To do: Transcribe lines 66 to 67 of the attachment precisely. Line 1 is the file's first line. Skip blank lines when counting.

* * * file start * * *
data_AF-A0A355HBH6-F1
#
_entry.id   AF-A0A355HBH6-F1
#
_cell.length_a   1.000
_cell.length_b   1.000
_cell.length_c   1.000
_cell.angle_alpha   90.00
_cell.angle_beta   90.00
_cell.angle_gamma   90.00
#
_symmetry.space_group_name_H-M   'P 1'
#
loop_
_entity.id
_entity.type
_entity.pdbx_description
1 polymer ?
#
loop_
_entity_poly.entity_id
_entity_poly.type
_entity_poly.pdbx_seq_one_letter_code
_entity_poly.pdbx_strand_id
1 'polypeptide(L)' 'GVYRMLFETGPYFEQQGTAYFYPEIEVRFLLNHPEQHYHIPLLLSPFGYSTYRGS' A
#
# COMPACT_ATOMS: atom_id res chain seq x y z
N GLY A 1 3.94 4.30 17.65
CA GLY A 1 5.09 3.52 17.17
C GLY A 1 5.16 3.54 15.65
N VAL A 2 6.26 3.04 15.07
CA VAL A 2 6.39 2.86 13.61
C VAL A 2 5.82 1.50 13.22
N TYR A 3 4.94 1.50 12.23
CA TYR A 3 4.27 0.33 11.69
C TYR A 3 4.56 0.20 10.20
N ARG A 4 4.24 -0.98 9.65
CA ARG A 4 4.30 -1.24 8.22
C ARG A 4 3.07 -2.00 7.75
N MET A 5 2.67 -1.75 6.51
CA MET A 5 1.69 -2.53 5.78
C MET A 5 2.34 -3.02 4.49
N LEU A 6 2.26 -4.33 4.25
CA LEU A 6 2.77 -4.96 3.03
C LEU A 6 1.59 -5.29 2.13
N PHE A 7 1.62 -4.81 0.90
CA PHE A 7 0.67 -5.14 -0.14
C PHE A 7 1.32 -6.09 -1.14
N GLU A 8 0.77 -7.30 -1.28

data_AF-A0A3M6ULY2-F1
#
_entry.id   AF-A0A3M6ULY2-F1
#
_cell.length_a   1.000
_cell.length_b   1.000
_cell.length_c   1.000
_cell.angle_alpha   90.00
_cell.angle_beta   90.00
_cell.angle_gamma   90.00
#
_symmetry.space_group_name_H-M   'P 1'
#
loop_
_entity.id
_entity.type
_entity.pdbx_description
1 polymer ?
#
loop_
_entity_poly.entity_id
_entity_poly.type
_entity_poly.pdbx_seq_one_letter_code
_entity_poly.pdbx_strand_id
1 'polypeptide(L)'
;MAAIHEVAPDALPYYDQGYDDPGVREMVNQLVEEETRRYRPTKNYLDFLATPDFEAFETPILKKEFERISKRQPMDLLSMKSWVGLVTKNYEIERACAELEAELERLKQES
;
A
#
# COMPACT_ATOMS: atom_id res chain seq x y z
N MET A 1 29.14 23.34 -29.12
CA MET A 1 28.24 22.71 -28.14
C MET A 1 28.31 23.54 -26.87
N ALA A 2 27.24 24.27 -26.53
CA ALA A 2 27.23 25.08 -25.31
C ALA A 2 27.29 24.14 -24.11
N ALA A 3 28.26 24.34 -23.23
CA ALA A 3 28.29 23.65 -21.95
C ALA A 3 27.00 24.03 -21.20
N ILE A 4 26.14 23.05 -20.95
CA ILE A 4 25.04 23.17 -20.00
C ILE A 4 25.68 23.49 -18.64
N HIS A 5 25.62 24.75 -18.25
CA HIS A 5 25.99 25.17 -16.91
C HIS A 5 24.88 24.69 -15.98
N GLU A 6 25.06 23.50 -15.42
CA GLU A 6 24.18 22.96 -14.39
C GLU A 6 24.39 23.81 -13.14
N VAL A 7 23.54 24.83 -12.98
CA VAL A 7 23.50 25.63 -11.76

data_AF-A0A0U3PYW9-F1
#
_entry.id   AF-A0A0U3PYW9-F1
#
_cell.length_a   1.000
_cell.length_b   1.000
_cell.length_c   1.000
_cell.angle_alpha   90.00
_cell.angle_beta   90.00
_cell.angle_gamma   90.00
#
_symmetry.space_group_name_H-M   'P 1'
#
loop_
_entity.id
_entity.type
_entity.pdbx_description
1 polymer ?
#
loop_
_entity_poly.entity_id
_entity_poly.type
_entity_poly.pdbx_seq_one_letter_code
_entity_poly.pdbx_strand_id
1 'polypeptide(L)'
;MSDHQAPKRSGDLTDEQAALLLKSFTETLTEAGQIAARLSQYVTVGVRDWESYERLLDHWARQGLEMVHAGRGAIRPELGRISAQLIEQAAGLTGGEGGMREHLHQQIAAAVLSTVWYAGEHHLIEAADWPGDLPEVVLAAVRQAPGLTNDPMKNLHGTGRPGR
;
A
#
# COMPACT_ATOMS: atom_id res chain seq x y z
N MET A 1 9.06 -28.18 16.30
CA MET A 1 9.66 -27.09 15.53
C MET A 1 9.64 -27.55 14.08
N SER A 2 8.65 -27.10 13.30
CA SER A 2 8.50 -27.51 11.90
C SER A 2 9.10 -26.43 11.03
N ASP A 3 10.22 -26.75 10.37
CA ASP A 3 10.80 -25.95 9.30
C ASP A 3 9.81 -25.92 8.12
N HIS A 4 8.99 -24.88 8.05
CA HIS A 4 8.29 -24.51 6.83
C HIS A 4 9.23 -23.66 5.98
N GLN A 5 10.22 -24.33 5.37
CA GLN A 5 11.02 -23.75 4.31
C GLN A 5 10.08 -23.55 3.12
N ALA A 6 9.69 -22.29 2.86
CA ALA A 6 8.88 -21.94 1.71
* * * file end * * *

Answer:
_entity.pdbx_description
1 polymer ?